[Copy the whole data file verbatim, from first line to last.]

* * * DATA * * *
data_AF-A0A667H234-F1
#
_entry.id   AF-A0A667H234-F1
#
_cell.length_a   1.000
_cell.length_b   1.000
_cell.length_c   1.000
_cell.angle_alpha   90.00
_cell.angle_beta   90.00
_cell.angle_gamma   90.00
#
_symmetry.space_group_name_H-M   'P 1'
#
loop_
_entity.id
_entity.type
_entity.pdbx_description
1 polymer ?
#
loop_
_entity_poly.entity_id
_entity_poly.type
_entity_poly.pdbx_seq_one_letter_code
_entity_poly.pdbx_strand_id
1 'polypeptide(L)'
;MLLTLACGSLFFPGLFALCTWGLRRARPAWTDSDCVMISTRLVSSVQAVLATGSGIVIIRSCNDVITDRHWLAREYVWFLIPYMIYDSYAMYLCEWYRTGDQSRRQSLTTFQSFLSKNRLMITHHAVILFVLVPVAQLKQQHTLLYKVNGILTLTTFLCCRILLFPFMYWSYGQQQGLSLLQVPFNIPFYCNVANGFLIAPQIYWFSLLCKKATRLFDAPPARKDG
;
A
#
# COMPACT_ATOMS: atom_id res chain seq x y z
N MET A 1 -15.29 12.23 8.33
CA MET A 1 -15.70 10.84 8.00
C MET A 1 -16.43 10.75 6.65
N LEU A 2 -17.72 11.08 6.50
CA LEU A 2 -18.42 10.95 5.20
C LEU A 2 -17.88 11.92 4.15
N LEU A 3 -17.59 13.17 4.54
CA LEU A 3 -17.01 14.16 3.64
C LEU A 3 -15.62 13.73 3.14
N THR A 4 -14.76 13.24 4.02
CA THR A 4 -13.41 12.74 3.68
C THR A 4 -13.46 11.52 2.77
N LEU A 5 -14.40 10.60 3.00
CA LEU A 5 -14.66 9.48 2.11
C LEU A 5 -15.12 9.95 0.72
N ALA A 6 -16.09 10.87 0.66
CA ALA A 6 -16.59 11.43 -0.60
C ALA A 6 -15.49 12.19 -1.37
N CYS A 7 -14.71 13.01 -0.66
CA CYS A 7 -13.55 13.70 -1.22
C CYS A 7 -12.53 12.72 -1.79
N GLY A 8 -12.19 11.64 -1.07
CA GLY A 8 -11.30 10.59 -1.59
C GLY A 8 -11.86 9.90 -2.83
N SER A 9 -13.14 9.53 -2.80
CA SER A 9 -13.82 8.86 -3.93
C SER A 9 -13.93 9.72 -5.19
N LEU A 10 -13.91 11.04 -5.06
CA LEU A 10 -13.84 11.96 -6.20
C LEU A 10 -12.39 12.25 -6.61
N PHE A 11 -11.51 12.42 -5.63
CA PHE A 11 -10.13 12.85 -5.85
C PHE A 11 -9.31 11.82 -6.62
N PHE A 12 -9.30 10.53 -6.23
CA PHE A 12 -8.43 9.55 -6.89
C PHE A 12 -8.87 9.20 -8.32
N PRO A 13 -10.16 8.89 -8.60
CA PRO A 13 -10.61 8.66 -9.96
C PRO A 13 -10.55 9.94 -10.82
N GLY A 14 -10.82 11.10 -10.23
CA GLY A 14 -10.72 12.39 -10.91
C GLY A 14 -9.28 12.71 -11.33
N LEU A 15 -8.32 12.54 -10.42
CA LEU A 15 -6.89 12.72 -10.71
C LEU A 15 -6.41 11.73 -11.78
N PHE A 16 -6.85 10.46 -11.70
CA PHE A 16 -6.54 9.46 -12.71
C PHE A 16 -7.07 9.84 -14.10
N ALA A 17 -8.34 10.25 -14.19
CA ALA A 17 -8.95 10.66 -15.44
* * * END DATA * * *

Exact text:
data_AF-A0A667H234-F1
#
_entry.id   AF-A0A667H234-F1
#
_cell.length_a   1.000
_cell.length_b   1.000
_cell.length_c   1.000
_cell.angle_alpha   90.00
_cell.angle_beta   90.00
_cell.angle_gamma   90.00
#
_symmetry.space_group_name_H-M   'P 1'
#
loop_
_entity.id
_entity.type
_entity.pdbx_description
1 polymer ?
#
loop_
_entity_poly.entity_id
_entity_poly.type
_entity_poly.pdbx_seq_one_letter_code
_entity_poly.pdbx_strand_id
1 'polypeptide(L)'
;MLLTLACGSLFFPGLFALCTWGLRRARPAWTDSDCVMISTRLVSSVQAVLATGSGIVIIRSCNDVITDRHWLAREYVWFLIPYMIYDSYAMYLCEWYRTGDQSRRQSLTTFQSFLSKNRLMITHHAVILFVLVPVAQLKQQHTLLYKVNGILTLTTFLCCRILLFPFMYWSYGQQQGLSLLQVPFNIPFYCNVANGFLIAPQIYWFSLLCKKATRLFDAPPARKDG
;
A
#
# COMPACT_ATOMS: atom_id res chain seq x y z
N MET A 1 -15.29 12.23 8.33
CA MET A 1 -15.70 10.84 8.00
C MET A 1 -16.43 10.75 6.65
N LEU A 2 -17.72 11.08 6.50
CA LEU A 2 -18.42 10.95 5.20
C LEU A 2 -17.88 11.92 4.15
N LEU A 3 -17.59 13.17 4.54
CA LEU A 3 -17.01 14.16 3.64
C LEU A 3 -15.62 13.73 3.14
N THR A 4 -14.76 13.24 4.02
CA THR A 4 -13.41 12.74 3.68
C THR A 4 -13.46 11.52 2.77
N LEU A 5 -14.40 10.60 3.00
CA LEU A 5 -14.66 9.48 2.11
C LEU A 5 -15.12 9.95 0.72
N ALA A 6 -16.09 10.87 0.66
CA ALA A 6 -16.59 11.43 -0.60
C ALA A 6 -15.49 12.19 -1.37
N CYS A 7 -14.71 13.01 -0.66
CA CYS A 7 -13.55 13.70 -1.22
C CYS A 7 -12.53 12.72 -1.79
N GLY A 8 -12.19 11.64 -1.07
CA GLY A 8 -11.30 10.59 -1.59
C GLY A 8 -11.86 9.90 -2.83
N SER A 9 -13.14 9.53 -2.80
CA SER A 9 -13.82 8.86 -3.93
C SER A 9 -13.93 9.72 -5.19
N LEU A 10 -13.91 11.04 -5.06
CA LEU A 10 -13.84 11.96 -6.20
C LEU A 10 -12.39 12.25 -6.61
N PHE A 11 -11.51 12.42 -5.63
CA PHE A 11 -10.13 12.85 -5.85
C PHE A 11 -9.31 11.82 -6.62
N PHE A 12 -9.30 10.53 -6.23
CA PHE A 12 -8.43 9.55 -6.89
C PHE A 12 -8.87 9.20 -8.32
N PRO A 13 -10.16 8.89 -8.60
CA PRO A 13 -10.61 8.66 -9.96
C PRO A 13 -10.55 9.94 -10.82
N GLY A 14 -10.82 11.10 -10.23
CA GLY A 14 -10.72 12.39 -10.91
C GLY A 14 -9.28 12.71 -11.33
N LEU A 15 -8.32 12.54 -10.42
CA LEU A 15 -6.89 12.72 -10.71
C LEU A 15 -6.41 11.73 -11.78
N PHE A 16 -6.85 10.46 -11.70
CA PHE A 16 -6.54 9.46 -12.71
C PHE A 16 -7.07 9.84 -14.10
N ALA A 17 -8.34 10.25 -14.19
CA ALA A 17 -8.95 10.66 -15.44